The adage 'sex sells' is out of kilter with new public attitudes to raunchy media images and women, David Benady says.
The backlash against sexual imagery in the media is gathering steam as feminists and child-protection experts make common cause with conservatives, religious groups and, yes, the Daily Mail to decry what they see as degrading attitudes to women.
From the Prime Minister’s online porn clampdown, announced last week, to the continuing campaigns against lads’ mags and The Sun’s Page 3 models, UK media is on notice that the gratuitous use of raunchy images is becoming unacceptable.
David Cameron’s plan for ISPs to automatically activate filters, which users would have to turn off to access porn, sounds to many people like a sensible balance between protecting children from inappropriate material and respecting adults’ rights – and any move designed to tackle child sexual exploitation is widely applauded. But some worry that adult sexuality and child abuse are being deliberately lumped together to promote repressive and prudish attitudes to sex.
The issue is riven with contradictions. Cameron was somewhat at a loss last week to explain why The Sun’s "tit pics" – widely seen by children across the country – are acceptable when online porn is not. However, his reply that buying the newspaper is a free consumer choice might have something to it. The Sun’s circulation has fallen by 40 per cent over the past decade to 2.25 million, arguably a reflection of the growing distaste for a publication that uses breasts to promote itself.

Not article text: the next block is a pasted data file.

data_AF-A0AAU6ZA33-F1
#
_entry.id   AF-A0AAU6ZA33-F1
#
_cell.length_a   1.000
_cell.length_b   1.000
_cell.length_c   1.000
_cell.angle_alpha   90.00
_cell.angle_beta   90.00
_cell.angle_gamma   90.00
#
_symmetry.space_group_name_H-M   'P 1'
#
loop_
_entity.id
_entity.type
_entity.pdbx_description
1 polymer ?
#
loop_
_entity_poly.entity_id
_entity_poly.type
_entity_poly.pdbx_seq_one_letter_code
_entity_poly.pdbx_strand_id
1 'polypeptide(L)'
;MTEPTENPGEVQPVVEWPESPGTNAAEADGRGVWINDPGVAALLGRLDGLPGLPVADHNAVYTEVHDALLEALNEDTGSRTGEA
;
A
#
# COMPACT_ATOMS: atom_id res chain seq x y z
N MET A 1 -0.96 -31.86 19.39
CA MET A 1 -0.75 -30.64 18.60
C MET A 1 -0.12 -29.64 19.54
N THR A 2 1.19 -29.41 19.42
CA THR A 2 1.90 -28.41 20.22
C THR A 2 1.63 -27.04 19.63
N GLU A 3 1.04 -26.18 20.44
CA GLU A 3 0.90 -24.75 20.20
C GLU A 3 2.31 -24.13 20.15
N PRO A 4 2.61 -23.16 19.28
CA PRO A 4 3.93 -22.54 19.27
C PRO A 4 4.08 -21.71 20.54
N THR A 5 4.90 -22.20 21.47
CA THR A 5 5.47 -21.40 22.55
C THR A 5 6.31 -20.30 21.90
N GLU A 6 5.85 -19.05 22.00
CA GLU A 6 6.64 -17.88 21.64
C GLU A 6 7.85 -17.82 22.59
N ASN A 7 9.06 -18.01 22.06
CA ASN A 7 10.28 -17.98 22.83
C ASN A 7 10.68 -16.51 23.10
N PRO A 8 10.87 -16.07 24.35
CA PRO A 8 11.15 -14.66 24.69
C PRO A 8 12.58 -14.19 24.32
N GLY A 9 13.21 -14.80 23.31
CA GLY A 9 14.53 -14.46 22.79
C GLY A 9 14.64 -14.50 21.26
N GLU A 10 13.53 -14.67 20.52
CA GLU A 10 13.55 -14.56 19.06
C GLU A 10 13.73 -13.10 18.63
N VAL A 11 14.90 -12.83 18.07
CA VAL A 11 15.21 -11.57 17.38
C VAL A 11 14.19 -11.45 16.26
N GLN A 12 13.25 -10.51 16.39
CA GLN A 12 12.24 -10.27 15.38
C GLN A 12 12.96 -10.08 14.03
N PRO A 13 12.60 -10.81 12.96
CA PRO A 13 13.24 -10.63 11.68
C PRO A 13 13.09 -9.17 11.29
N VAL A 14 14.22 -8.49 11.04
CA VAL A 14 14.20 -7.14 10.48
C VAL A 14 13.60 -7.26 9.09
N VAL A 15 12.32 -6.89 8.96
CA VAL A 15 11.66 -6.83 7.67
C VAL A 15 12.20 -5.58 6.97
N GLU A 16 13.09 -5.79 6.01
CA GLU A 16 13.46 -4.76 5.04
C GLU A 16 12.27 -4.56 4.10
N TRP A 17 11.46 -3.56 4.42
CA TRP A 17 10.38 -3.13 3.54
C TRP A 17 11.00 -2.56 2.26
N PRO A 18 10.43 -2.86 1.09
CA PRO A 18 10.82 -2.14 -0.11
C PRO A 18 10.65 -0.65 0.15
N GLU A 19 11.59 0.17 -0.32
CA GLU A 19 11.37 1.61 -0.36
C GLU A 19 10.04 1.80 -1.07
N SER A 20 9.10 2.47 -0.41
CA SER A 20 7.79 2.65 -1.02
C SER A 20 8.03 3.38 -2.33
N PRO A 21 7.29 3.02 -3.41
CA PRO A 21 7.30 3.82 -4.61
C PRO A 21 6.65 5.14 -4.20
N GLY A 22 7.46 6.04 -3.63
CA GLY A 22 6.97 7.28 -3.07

Meanwhile, feminist campaigners such as UK Feminista and Object are turning their attention to lads’ mags and their raunchy covers and content – which, they claim, make the retailers that stock them liable to legal action by customers and staff for sexual harassment.
It is vital in a free society that the individual is free to make a personal choice about the media they access
This is akin to kicking a man when he’s down. Lads’ mags are in steep decline and look ever more like the modern equivalent of saucy, end-of-the-pier postcards.
The circulation of Bauer’s leader in the category, FHM, has plummeted by more than 80 per cent in the past 14 years, from a high of 775,000 in 1998 to 114,000 in December 2012.
The PPA cites Home Office-endorsed guidelines that state retailers should stock such magazines out of the eyeline of children and use "modesty boards" to shield raunchy covers if necessary.
A PPA spokesman adds: "It is vital in a free society that the individual is free to make a personal choice about the types of media they access." He points to the ParentPort website, where parents can voice any concerns.
For some, Cameron’s opt-out porn filters seem like censorship. Anne McCreary, the head of digital strategy at Carat, says that she is concerned by any move by governments to control legal web content. She claims that sexual content is increasingly being shared online within small networks of friends, adding that technology is also helping to change attitudes quickly and that respect for women generally is actually growing.
So, the momentum is clear, and media owners and advertisers had better take note. Whatever happens with porn, social attitudes are moving against the nonchalant use of raunchy images in the media.
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